Oncolytic Viruses

Immunotherapy Treatment

Oncolytic viruses are viruses that have the capacity to attack cancer cells, rather than healthy ones. Although the possibility of viruses as a form of cancer therapy was first discovered in 1960, research on the use of oncolytic viruses for treatment of otherwise resistant cancer began much later.  Nowadays, it seems to be a hot topic, but scientists are still trying to explore its full clinical potential.

Early Oncolytic Viruses

The link between viral infections and cancer regression focused on potentially dangerous agents such as poliovirus, adenovirus, and certain strains of herpes. However, some of these attempts proved hard to control, as they could result in a hard-to-treat systemic infection. 

Because of this, the use of oncolytic viruses was abandoned for a time. However, towards the turn of the millennium, several breakthroughs in DNA and RNA mapping allowed researchers to focus on harmless viruses and if relevant introducing precise modifications to a virus’s DNA or RNA.

How do Oncolytic Viruses Work?

In order to know how oncolytic viruses can induce anti-cancer effects, it is important to understand that the anti-cancer effects of effective oncolytic viruses are mediated by two independent mechanisms of action. First, they produce direct anticancer cytotoxicity, and second, they produce an immune-mediated response using the patient’s immune response against cancer cells expressing viral antigens.

Oncolytic viruses are viruses capable of targeting specific types of cancer cells or to show a strong preference for them. These viruses have receptors that can attach themselves to cancer cells, and some of them are then able to enter the cell. Once inside, the viruses can begin replicating themselves. This results in the death of the host cell through a mechanism known as apoptosis. After being destroyed, the cell disintegrates and releases a large number of viral particles (known as “virions”) into the bloodstream or into neighbouring cancer cells. These virions will then attach themselves to other cancer cells nearby, and the process will be repeated.

This cycle is limited, however, as it is expected that a patient’s immune system would begin to notice the infection and attack the virus. If residual cancer cells remain at this point, the patient would need to be administered an additional dose of the virus. Perhaps this is why the anti-cancer effects of oncolytic viruses may be enhanced when administered alongside radiation therapy or chemotherapy: these partially suppress the immune system, and as such, delay the immune response against the viruses. The synergistic effects of radiation therapy, chemotherapy and oncolytic viruses may possibly allow oncolytic viruses to penetrate more easily through the cell wall of damaged cancer cells.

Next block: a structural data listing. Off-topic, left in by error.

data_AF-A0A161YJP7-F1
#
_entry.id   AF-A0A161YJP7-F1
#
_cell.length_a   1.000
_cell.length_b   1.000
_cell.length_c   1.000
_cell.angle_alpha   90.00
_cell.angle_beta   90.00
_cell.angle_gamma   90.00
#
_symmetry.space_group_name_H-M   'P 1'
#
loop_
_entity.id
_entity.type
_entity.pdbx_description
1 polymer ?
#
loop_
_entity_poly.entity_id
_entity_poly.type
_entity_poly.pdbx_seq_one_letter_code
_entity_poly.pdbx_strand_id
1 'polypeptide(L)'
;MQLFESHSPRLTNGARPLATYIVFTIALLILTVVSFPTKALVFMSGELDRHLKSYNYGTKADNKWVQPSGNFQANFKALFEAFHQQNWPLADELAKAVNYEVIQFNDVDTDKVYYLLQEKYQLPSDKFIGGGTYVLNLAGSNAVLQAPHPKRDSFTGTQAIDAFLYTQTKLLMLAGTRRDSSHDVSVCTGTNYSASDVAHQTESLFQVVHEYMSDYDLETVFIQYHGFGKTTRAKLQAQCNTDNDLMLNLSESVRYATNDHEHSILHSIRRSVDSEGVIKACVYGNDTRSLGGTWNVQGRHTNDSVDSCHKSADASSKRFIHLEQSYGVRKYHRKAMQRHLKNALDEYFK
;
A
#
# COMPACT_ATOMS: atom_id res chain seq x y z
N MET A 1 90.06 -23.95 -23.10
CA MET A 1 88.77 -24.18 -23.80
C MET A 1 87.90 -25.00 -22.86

How Can the Efficiency of Oncolytic Viruses be Improved?

The expression of viral antigens on cancer cells that never activated the immune system can now serve as targets against “modified self” cells.In other words, turning “cold” targets into “hot” ones resulting in the induction of effective anti-cancer immunotherapy, the activation of the immune system against cancer cells “decorated” with viral antigens can be amplified by additional activation of the immune system. 

One way to do this is by combining it with cell-mediated immunotherapy. In this case, the viruses are used to “flag” cancer cells, which can then be better targeted by the patient’s immune system. Alternatively, oncolytic viruses can be combined with cryopreserved tumor tissue and then used to produce anticancer vaccines. This is why Biotherapy International recommends its patients to cryopreserve some tumor tissue in its tumor bank, either after surgical removal of the tumor, or during a biopsy if the disease reoccurs. Sometimes, when residual or recurrent disease can be easily and safely accessed, oncolytic virus can be injected directly into the tumor tissue, turning an existing primary tumor or visible tumor metastasis into an in situ internal vaccine.

The combination of oncolytic viruses and anti-cancer vaccines has shown to be remarkably effective and user-friendly. This is because it works through a dual mechanism: on one side, it will induce cytotoxicity of cancer cells, and on the other one, it will turn non-immunogenic cancer cells into targets for the immune system. 

How Are Oncolytic Viruses Administered?

Oncolytic viruses are usually administered via intravenous (IV) injection. As indicated earlier, for localized tumors in an accessible location, oncolytic viruses can also be injected directly inside the tumor mass. This will help turn the tumor site into an internal anti-cancer vaccine, that will continue producing the virions needed to fight cancer as well as serve as targets for continuous stimulation of the patient’s immune system against the cancer cells.

At Biotherapy International, we use two types of oncolytic viruses. These are derived from poultry viruses, to help ensure they will not target healthy human cells. The systemic IV administration of oncolytic viruses is still pending regulatory approval, but it can be done at one of our overseas satellite clinics. 

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